I referred, of course, to the financial year 1972-73. At the end of June, 1973, the Treasury had to supplement the fund by $110 000, At the commencement of the current financial year the fund stood at $81 643, and if payments are the same this year as last (and most indications are that they will be) the Government will have to supplement the fund again at the end of this year with a further. $100 000. This state of affairs cannot be allowed to continue, and it is one of the reasons for the introduction of the Bill.

It is intended that stamp duty, which at present is about 10c a head of cattle, will be altered; stamp duty in future will be at the rate of 5c in every $20 up to a maximum of $200 total price for the animal, bringing in 50c a head in stamp duty. From prices ruling at the abattoirs at present, I imagine that the sale of an animal at an average of $140 would bring in about 35c a head in stamp duty, and. this should keep the fund financial for some time. One reason for the large payments of compensation in the 1972-73 financial year was the stepping up of the programme of eradicating brucellosis and tuberculosis. In the Far North of this State we have a serious problem. The smaller cattle stations in the North appear to be able to have quite a good muster, and the incidence of disease on those stations is down to about 1 per cent. On the large cattle stations, however, it is difficult to get a good muster, with the result that some cattle that miss the muster could be carriers of these diseases, spreading them through the whole of the herd.

Conditions in the North of the State are good, and so many water holes are spread over the stations that cattle move off in groups of 15 or 20 and it is difficult to get a good muster. This problem is accentuated because fences have been washed away by recent rains. Many cattle have become mixed with others, and much of the eradication work done in the past will be nullified. The work may be set back to some extent as a result of the floods. The increased stamp duty will be hard on owners of cattle in the inner areas. Primary producers who run cattle in smaller paddocks are able to watch diseases closely, and only a few cases are reported. Unless the diseases are brought under control, we stand every chance of losing some of our valuable oversea markets. It behoves all, everyone, whether in the inner country or in the outer areas, to continue to concentrate and try to rid the State of the diseases. I feel sure that cattle owners in the inner country will not object to the increased stamp duty in order to supplement the sum in the Cattle Compensation Fund. I support the Bill.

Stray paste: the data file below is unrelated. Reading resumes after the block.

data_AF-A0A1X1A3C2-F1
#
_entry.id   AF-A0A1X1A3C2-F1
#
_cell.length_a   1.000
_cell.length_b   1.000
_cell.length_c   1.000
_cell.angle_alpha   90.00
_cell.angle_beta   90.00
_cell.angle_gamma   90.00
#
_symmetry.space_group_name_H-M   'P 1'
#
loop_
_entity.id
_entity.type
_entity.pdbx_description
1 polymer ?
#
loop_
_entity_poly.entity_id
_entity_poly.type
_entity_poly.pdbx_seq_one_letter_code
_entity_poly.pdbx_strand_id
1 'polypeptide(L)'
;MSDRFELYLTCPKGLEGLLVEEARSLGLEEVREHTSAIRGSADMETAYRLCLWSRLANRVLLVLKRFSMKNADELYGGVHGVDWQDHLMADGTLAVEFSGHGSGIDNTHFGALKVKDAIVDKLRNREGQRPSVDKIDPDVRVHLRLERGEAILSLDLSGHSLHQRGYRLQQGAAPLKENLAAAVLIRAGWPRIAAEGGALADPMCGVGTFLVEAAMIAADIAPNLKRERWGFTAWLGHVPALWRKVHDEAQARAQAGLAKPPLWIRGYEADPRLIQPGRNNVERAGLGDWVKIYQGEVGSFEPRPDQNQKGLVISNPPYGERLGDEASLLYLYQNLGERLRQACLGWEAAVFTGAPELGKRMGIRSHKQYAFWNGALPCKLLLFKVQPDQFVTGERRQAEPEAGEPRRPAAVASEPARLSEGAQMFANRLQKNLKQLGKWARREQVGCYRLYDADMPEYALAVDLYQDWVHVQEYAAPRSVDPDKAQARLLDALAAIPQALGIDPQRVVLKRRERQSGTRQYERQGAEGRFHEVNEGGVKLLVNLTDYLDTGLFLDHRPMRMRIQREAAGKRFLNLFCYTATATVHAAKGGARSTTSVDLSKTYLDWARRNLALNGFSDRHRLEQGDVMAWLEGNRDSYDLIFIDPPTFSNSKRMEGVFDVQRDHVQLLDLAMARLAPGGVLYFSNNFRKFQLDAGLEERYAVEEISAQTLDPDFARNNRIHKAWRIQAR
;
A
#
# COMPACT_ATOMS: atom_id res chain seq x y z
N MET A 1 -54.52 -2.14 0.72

Bill read a second time.

In Committee.

Clauses 1 and 2 passed.

Clause 3—“Establishment of Cattle Compensation Fund.”

Dr. EASTICK (Leader of the Opposition): I point out that there is a variation and that we are amending section 11 of the principal Act by striking out paragraph (b) of subsection (3), not subsection (2) as stated earlier. Indeed, the Minister’s second reading explanation refers to the substance of subclause (3), and it is only by striking out paragraph (b) of that subsection that we can hope to achieve what is intended by the Bill.

The Hon. J. D. CORCORAN (Minister of Works): The Leader drew my attention to this matter, which has been corrected.

Clause passed.

Clause 4 and title passed.

Bill read a third time and passed.